Femoroacetabular impingement: Physical Therapy

FAI treatment can be achieved through physical therapy. This includes increasing your range of motion and strength and decreasing the pain. A physical therapist can help you recover from femoroacetabular impingement and return to your normal life.

Hip pain can be caused by many things. If your hips hurt, you should seek treatment. An expert physical therapist may be able to help you determine the root cause of your pain and provide the right treatment.

What is the FAI?

Femoroacetabular impingement is a condition of the hips in which the hip joint becomes pinched when you move in a certain direction.

The hip joint is both a socket and ball joint. Sometimes, the socket may pinch the ball portion of your hip.

This pinching can cause severe pain and limit your movement. These are some symptoms of femoroacetabular impingement.

  • Sharp pain in the groin
  • Pain in your front hip
  • The sensation of pain radiating from the hip to the buttocks and lower back.
  • The hips can be moved with a compromise
  • Sensing weakness or numbness in your hips
  • Difficulty running, jumping, walking and cutting

Your healthcare provider may order an MRI and x-ray to determine if your symptoms are due to femoroacetabular impingement. These can help you determine the cause of the pain and evaluate your hip joint.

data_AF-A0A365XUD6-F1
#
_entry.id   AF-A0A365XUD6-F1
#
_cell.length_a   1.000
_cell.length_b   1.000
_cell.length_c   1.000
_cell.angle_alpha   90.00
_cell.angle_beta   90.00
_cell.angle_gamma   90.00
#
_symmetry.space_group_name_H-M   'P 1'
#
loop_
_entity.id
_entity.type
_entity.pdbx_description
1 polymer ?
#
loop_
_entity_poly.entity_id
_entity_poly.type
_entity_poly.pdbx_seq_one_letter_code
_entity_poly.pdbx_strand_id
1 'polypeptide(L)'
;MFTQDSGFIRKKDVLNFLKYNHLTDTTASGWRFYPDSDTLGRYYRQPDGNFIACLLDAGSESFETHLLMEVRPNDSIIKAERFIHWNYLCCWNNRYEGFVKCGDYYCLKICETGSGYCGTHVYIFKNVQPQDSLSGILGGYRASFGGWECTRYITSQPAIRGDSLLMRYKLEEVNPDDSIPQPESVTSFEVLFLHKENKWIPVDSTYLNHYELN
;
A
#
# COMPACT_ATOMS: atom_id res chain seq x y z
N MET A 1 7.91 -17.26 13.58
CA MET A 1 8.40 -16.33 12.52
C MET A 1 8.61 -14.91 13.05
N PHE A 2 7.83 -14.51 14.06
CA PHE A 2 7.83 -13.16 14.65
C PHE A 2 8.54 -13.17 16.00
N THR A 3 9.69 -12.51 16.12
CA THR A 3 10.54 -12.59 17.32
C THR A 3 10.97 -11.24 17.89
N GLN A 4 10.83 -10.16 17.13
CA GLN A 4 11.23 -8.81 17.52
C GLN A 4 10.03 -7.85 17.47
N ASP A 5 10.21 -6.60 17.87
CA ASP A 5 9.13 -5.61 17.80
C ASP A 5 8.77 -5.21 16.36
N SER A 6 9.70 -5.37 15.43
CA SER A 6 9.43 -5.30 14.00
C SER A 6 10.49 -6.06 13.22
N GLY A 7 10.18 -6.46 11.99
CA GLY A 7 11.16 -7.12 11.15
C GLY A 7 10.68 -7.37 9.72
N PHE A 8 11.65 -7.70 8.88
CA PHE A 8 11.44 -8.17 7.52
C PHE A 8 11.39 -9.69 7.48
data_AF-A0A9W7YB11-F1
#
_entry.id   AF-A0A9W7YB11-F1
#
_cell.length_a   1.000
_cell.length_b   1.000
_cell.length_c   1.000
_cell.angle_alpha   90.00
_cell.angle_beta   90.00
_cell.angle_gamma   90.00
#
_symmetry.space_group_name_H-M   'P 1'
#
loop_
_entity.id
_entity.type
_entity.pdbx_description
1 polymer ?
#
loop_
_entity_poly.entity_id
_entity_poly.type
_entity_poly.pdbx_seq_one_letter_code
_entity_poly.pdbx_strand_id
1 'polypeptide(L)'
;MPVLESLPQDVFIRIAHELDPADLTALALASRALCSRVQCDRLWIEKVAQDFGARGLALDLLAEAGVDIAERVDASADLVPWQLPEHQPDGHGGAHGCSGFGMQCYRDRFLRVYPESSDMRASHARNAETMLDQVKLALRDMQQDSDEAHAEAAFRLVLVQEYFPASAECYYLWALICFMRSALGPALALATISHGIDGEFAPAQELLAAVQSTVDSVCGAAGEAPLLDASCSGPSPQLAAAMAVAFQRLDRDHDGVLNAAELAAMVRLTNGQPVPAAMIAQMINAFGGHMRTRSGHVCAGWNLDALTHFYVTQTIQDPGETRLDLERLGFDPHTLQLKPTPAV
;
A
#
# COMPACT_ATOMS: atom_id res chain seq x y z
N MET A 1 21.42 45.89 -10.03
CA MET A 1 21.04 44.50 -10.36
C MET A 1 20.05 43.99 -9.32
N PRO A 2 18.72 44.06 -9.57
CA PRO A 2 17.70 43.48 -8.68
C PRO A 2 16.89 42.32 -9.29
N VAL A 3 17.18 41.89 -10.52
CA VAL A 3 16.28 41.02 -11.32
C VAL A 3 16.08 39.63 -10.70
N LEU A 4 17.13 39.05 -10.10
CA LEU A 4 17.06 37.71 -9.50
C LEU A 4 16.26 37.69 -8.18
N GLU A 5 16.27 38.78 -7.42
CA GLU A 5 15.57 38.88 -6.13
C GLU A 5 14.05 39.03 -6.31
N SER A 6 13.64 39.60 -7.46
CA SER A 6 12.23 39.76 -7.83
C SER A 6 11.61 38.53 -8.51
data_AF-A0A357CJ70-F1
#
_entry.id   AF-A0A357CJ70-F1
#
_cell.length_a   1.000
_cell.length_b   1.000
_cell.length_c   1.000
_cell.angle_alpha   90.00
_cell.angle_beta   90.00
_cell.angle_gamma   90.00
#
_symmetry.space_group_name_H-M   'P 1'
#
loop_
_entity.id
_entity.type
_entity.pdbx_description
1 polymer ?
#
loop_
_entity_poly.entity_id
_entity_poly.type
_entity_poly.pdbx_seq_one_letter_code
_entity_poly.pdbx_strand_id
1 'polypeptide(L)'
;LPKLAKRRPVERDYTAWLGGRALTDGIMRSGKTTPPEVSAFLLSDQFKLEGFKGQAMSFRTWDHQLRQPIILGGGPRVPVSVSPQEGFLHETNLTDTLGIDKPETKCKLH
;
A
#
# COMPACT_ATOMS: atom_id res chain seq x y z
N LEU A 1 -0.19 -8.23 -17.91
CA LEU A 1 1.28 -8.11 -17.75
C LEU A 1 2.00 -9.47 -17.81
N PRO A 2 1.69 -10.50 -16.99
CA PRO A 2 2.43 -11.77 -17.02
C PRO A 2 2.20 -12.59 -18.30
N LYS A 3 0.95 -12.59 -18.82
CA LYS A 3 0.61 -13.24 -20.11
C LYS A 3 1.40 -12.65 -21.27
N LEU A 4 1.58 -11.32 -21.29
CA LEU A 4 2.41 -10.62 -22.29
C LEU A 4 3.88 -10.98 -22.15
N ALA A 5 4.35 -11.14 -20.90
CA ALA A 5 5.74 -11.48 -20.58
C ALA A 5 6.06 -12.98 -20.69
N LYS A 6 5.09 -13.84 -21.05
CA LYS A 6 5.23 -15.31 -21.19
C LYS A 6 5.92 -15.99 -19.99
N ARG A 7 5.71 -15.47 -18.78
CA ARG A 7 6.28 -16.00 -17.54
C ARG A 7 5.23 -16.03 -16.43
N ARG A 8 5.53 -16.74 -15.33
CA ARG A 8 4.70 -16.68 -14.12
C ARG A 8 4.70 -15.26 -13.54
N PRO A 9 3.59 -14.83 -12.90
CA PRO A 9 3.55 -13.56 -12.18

Treatment for hip FAI with physical therapy

Your physical therapist will design a program that is appropriate for your condition. Exercises for femoroacetabular impingement may include

  • Exercises for hip stretching
  • Hamstring stretching exercises
  • quadriceps stretches
  • Exercises to strengthen the hips and core
  • Exercises for balance and proprioception

Your physical therapist may allow you to do exercises in your clinic or recommend them as part of your home exercise plan.

Your physical therapist can use physical modalities to improve muscular function in addition to exercises.

  • Ultrasound
  • Electric stimulation
  • Heat and Ice
  • Kinesiology taping

Remember that not all of these physical modalities have been supported by scientific studies. They may not play a significant role in your recovery of function. Your treatment plan should include more active exercises than passive modalities.

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